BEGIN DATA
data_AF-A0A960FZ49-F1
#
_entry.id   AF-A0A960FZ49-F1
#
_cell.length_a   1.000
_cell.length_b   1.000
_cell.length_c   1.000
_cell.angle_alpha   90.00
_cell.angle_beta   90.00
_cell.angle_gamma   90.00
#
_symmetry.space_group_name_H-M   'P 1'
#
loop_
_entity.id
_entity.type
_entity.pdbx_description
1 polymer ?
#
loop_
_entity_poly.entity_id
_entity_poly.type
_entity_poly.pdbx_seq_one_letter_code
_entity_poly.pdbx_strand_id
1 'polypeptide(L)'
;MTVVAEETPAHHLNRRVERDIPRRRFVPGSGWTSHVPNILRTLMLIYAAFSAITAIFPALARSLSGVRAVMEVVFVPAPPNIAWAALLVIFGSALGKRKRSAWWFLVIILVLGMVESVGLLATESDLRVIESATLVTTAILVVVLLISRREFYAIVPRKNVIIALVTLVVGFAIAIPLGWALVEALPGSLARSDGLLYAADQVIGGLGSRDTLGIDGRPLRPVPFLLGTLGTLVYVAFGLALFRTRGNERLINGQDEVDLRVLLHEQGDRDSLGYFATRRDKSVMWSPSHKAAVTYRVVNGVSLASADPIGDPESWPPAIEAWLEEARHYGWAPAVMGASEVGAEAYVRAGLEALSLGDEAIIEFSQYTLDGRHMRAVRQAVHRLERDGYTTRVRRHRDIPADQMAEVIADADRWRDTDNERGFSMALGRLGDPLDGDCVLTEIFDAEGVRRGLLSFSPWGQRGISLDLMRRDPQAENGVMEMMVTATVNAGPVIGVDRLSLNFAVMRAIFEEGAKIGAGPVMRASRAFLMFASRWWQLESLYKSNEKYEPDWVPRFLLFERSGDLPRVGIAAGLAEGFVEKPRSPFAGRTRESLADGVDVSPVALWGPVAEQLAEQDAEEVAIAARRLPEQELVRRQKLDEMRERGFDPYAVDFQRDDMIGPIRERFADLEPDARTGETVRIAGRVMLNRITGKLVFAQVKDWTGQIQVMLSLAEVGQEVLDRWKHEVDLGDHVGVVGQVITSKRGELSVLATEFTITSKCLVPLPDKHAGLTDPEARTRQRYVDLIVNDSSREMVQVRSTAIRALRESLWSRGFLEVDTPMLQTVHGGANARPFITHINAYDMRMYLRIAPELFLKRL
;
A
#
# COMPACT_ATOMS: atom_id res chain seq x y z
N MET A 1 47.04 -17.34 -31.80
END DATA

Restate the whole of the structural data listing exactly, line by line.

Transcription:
data_AF-A0A960FZ49-F1
#
_entry.id   AF-A0A960FZ49-F1
#
_cell.length_a   1.000
_cell.length_b   1.000
_cell.length_c   1.000
_cell.angle_alpha   90.00
_cell.angle_beta   90.00
_cell.angle_gamma   90.00
#
_symmetry.space_group_name_H-M   'P 1'
#
loop_
_entity.id
_entity.type
_entity.pdbx_description
1 polymer ?
#
loop_
_entity_poly.entity_id
_entity_poly.type
_entity_poly.pdbx_seq_one_letter_code
_entity_poly.pdbx_strand_id
1 'polypeptide(L)'
;MTVVAEETPAHHLNRRVERDIPRRRFVPGSGWTSHVPNILRTLMLIYAAFSAITAIFPALARSLSGVRAVMEVVFVPAPPNIAWAALLVIFGSALGKRKRSAWWFLVIILVLGMVESVGLLATESDLRVIESATLVTTAILVVVLLISRREFYAIVPRKNVIIALVTLVVGFAIAIPLGWALVEALPGSLARSDGLLYAADQVIGGLGSRDTLGIDGRPLRPVPFLLGTLGTLVYVAFGLALFRTRGNERLINGQDEVDLRVLLHEQGDRDSLGYFATRRDKSVMWSPSHKAAVTYRVVNGVSLASADPIGDPESWPPAIEAWLEEARHYGWAPAVMGASEVGAEAYVRAGLEALSLGDEAIIEFSQYTLDGRHMRAVRQAVHRLERDGYTTRVRRHRDIPADQMAEVIADADRWRDTDNERGFSMALGRLGDPLDGDCVLTEIFDAEGVRRGLLSFSPWGQRGISLDLMRRDPQAENGVMEMMVTATVNAGPVIGVDRLSLNFAVMRAIFEEGAKIGAGPVMRASRAFLMFASRWWQLESLYKSNEKYEPDWVPRFLLFERSGDLPRVGIAAGLAEGFVEKPRSPFAGRTRESLADGVDVSPVALWGPVAEQLAEQDAEEVAIAARRLPEQELVRRQKLDEMRERGFDPYAVDFQRDDMIGPIRERFADLEPDARTGETVRIAGRVMLNRITGKLVFAQVKDWTGQIQVMLSLAEVGQEVLDRWKHEVDLGDHVGVVGQVITSKRGELSVLATEFTITSKCLVPLPDKHAGLTDPEARTRQRYVDLIVNDSSREMVQVRSTAIRALRESLWSRGFLEVDTPMLQTVHGGANARPFITHINAYDMRMYLRIAPELFLKRL
;
A
#
# COMPACT_ATOMS: atom_id res chain seq x y z
N MET A 1 47.04 -17.34 -31.80